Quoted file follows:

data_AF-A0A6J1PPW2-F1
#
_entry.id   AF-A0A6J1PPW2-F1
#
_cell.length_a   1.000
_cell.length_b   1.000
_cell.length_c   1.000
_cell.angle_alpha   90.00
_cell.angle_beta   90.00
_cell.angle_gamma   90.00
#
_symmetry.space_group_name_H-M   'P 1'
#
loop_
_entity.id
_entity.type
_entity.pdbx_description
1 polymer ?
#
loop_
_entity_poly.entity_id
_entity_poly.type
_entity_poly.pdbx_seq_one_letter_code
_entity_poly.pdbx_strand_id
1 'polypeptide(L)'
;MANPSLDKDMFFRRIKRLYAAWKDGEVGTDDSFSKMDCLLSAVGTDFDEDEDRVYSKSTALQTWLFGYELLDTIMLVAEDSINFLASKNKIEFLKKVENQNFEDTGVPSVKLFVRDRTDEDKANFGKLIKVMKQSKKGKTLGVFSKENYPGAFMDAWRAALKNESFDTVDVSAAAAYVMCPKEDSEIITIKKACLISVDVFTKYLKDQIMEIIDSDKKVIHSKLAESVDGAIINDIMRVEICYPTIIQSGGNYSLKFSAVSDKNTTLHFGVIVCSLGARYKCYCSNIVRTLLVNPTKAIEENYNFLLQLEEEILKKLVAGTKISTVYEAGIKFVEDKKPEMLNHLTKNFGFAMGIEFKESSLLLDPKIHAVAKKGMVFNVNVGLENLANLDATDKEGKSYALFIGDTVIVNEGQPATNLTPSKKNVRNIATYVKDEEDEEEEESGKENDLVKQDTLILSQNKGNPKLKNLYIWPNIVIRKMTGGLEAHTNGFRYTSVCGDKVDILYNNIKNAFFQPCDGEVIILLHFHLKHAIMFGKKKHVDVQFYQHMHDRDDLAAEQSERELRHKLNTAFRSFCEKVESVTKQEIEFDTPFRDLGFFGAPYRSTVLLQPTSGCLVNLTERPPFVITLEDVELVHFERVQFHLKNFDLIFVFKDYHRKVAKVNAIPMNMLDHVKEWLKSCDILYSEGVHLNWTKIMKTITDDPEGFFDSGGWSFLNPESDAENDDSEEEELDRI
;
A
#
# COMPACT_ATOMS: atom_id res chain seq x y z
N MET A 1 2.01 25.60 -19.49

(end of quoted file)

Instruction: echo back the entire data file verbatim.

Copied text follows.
data_AF-A0A6J1PPW2-F1
#
_entry.id   AF-A0A6J1PPW2-F1
#
_cell.length_a   1.000
_cell.length_b   1.000
_cell.length_c   1.000
_cell.angle_alpha   90.00
_cell.angle_beta   90.00
_cell.angle_gamma   90.00
#
_symmetry.space_group_name_H-M   'P 1'
#
loop_
_entity.id
_entity.type
_entity.pdbx_description
1 polymer ?
#
loop_
_entity_poly.entity_id
_entity_poly.type
_entity_poly.pdbx_seq_one_letter_code
_entity_poly.pdbx_strand_id
1 'polypeptide(L)'
;MANPSLDKDMFFRRIKRLYAAWKDGEVGTDDSFSKMDCLLSAVGTDFDEDEDRVYSKSTALQTWLFGYELLDTIMLVAEDSINFLASKNKIEFLKKVENQNFEDTGVPSVKLFVRDRTDEDKANFGKLIKVMKQSKKGKTLGVFSKENYPGAFMDAWRAALKNESFDTVDVSAAAAYVMCPKEDSEIITIKKACLISVDVFTKYLKDQIMEIIDSDKKVIHSKLAESVDGAIINDIMRVEICYPTIIQSGGNYSLKFSAVSDKNTTLHFGVIVCSLGARYKCYCSNIVRTLLVNPTKAIEENYNFLLQLEEEILKKLVAGTKISTVYEAGIKFVEDKKPEMLNHLTKNFGFAMGIEFKESSLLLDPKIHAVAKKGMVFNVNVGLENLANLDATDKEGKSYALFIGDTVIVNEGQPATNLTPSKKNVRNIATYVKDEEDEEEEESGKENDLVKQDTLILSQNKGNPKLKNLYIWPNIVIRKMTGGLEAHTNGFRYTSVCGDKVDILYNNIKNAFFQPCDGEVIILLHFHLKHAIMFGKKKHVDVQFYQHMHDRDDLAAEQSERELRHKLNTAFRSFCEKVESVTKQEIEFDTPFRDLGFFGAPYRSTVLLQPTSGCLVNLTERPPFVITLEDVELVHFERVQFHLKNFDLIFVFKDYHRKVAKVNAIPMNMLDHVKEWLKSCDILYSEGVHLNWTKIMKTITDDPEGFFDSGGWSFLNPESDAENDDSEEEELDRI
;
A
#
# COMPACT_ATOMS: atom_id res chain seq x y z
N MET A 1 2.01 25.60 -19.49